Jefferson’s global test

A decent respect to the opinions of mankind.

The Bushites are trying to make a big deal out of John Kerry’s “global test.” The “test,” as Kerry proposed it, is whether we can explain some action we take in terms that our citizens, and the rest of the world can understand:

… your countrymen, your people, understand fully why you’re doing what you’re doing and you can prove to the world that you did it for legitimate reasons.

The original phrase, I think, was “a decent Respect to the Opinions of Mankind.”

But then Thomas Jefferson was sort of … well, French … wasn’t he?

Kerry might well say:

The President isn’t criticizing me. He’s criticizing the signers of the Declaration of Independence. They proposed the first global test. They called it “a decent respect to the opinions of mankind.” The test is not whether other people like what we’re doing. It’s whether we’re doing it for reasons we’re prepared to explain to the world.

Author: Mark Kleiman

Professor of Public Policy at the NYU Marron Institute for Urban Management and editor of the Journal of Drug Policy Analysis. Teaches about the methods of policy analysis about drug abuse control and crime control policy, working out the implications of two principles: that swift and certain sanctions don't have to be severe to be effective, and that well-designed threats usually don't have to be carried out. Books: Drugs and Drug Policy: What Everyone Needs to Know (with Jonathan Caulkins and Angela Hawken) When Brute Force Fails: How to Have Less Crime and Less Punishment (Princeton, 2009; named one of the "books of the year" by The Economist Against Excess: Drug Policy for Results (Basic, 1993) Marijuana: Costs of Abuse, Costs of Control (Greenwood, 1989) UCLA Homepage Curriculum Vitae Contact: Markarkleiman-at-gmail.com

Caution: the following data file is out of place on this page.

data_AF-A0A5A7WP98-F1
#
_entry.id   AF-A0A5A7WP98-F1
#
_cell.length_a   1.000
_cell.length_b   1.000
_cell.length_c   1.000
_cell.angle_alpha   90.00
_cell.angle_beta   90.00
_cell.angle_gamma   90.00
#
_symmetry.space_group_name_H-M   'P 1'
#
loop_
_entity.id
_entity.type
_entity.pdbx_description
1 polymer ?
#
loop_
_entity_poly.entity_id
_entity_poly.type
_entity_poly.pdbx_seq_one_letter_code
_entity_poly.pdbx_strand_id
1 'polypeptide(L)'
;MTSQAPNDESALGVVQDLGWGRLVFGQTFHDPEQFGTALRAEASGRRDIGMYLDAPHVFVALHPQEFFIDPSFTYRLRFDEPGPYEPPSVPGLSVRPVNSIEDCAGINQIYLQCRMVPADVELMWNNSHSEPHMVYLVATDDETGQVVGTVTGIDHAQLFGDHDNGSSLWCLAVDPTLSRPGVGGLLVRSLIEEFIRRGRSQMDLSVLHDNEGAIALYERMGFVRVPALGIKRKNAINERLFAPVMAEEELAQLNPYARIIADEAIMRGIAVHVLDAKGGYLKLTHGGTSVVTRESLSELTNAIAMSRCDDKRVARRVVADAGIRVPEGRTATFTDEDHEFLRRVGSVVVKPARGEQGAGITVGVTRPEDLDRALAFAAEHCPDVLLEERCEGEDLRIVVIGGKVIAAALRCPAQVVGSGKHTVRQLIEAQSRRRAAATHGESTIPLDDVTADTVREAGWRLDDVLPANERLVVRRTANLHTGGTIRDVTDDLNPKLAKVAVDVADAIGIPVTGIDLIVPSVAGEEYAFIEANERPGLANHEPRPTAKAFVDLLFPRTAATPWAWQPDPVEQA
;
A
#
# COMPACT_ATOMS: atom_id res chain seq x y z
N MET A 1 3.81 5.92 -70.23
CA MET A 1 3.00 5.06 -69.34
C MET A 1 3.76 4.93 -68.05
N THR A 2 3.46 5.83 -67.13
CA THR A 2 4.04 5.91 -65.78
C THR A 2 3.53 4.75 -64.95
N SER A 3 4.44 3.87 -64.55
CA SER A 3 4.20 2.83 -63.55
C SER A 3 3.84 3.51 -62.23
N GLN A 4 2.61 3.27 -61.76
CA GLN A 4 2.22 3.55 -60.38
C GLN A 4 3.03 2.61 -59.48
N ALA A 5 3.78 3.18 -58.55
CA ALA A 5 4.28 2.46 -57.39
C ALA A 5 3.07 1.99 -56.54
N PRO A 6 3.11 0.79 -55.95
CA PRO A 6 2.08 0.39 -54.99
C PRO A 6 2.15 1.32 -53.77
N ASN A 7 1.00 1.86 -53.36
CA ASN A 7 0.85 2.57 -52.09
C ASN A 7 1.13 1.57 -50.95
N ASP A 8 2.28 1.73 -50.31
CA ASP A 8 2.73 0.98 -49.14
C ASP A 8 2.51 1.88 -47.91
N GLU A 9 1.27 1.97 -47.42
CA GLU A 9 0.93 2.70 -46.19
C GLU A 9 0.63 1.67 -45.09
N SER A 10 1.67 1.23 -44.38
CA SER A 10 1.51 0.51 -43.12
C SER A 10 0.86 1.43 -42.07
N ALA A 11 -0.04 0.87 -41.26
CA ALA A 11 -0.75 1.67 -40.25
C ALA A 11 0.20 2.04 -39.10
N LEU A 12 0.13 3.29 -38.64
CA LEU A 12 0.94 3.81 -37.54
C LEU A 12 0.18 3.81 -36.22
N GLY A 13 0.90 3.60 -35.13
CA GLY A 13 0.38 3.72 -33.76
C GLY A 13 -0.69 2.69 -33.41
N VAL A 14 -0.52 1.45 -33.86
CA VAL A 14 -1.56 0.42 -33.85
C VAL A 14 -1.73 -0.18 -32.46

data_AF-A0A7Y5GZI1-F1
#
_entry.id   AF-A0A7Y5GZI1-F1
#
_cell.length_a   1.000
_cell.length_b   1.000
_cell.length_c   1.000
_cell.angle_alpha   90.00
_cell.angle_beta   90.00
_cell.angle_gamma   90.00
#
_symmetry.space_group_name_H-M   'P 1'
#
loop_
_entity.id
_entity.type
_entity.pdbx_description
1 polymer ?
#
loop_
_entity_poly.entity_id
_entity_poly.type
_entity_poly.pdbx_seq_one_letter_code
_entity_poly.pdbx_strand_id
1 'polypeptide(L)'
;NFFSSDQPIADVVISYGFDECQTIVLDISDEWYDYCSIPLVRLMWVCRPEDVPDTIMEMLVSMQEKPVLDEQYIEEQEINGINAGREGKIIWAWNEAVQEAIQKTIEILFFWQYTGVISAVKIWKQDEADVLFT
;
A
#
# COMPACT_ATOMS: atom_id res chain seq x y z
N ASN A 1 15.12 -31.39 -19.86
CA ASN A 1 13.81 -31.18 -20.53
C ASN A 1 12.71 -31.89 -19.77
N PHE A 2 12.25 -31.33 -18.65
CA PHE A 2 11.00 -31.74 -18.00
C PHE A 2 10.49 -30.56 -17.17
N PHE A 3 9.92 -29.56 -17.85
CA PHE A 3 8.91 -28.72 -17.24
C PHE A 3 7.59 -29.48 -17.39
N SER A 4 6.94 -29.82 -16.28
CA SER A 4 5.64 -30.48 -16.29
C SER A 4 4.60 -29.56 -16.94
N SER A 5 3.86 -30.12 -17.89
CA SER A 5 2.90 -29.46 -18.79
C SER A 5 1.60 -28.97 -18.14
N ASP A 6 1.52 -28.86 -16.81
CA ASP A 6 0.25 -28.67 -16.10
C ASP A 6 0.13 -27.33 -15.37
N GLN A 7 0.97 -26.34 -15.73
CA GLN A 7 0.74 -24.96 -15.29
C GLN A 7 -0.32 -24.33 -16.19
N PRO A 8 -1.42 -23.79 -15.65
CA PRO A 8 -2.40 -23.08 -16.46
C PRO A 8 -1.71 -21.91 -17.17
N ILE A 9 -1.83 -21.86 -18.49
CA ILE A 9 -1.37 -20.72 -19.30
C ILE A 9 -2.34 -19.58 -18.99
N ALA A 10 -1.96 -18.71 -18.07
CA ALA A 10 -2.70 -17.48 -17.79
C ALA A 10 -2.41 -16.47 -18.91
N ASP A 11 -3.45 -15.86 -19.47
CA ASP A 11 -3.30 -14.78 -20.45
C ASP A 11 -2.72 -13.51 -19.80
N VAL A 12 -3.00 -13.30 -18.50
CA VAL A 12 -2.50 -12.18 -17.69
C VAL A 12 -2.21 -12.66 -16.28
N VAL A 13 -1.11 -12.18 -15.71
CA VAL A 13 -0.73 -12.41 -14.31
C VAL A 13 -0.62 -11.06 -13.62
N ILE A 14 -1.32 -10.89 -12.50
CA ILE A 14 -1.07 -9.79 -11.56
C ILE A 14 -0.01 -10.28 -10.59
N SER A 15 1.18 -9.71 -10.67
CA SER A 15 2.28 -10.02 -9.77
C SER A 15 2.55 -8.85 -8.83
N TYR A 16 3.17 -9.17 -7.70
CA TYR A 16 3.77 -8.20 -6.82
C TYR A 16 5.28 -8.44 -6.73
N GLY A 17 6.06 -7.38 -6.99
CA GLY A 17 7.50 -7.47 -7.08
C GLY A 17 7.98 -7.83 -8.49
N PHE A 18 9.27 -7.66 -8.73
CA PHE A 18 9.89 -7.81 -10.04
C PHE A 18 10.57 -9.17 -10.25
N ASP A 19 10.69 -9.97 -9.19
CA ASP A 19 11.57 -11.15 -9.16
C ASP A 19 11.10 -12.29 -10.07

4 thoughts on “Jefferson’s global test”

  1. A Decent Respect to the Opinions of Mankind

    Instead of a decent respect for the opinions of mankind, or our founders, or our history, we get bluster, bullying, and nonsensical arguments that can't pass the laugh test. Jefferson thought it important to lay out a set of moral and ethical justifi…

  2. An indecent disrespect

    After his collapse in last Thursday's debate, President Bush has been trying to regain some traction by misrepresenting what his opponent, Sen. Kerry, said. Here is the statement in question: Sen. Kerry: "The president always has the right and always

  3. We Can't Get Enough Of The Global Test!

    In his debate, John Kerry baffled us all when he explained his thinking about pre-emptive war – the US had the right to act alone, as long as it was able to pass the "global test". Now the blogosphere is

  4. Global test: "legitimate in the eyes of other peop

    It is nice of Kerry to clarify for us that his "global test" for legitimacy means legitimacy in the eyes of others: i.e. permission…

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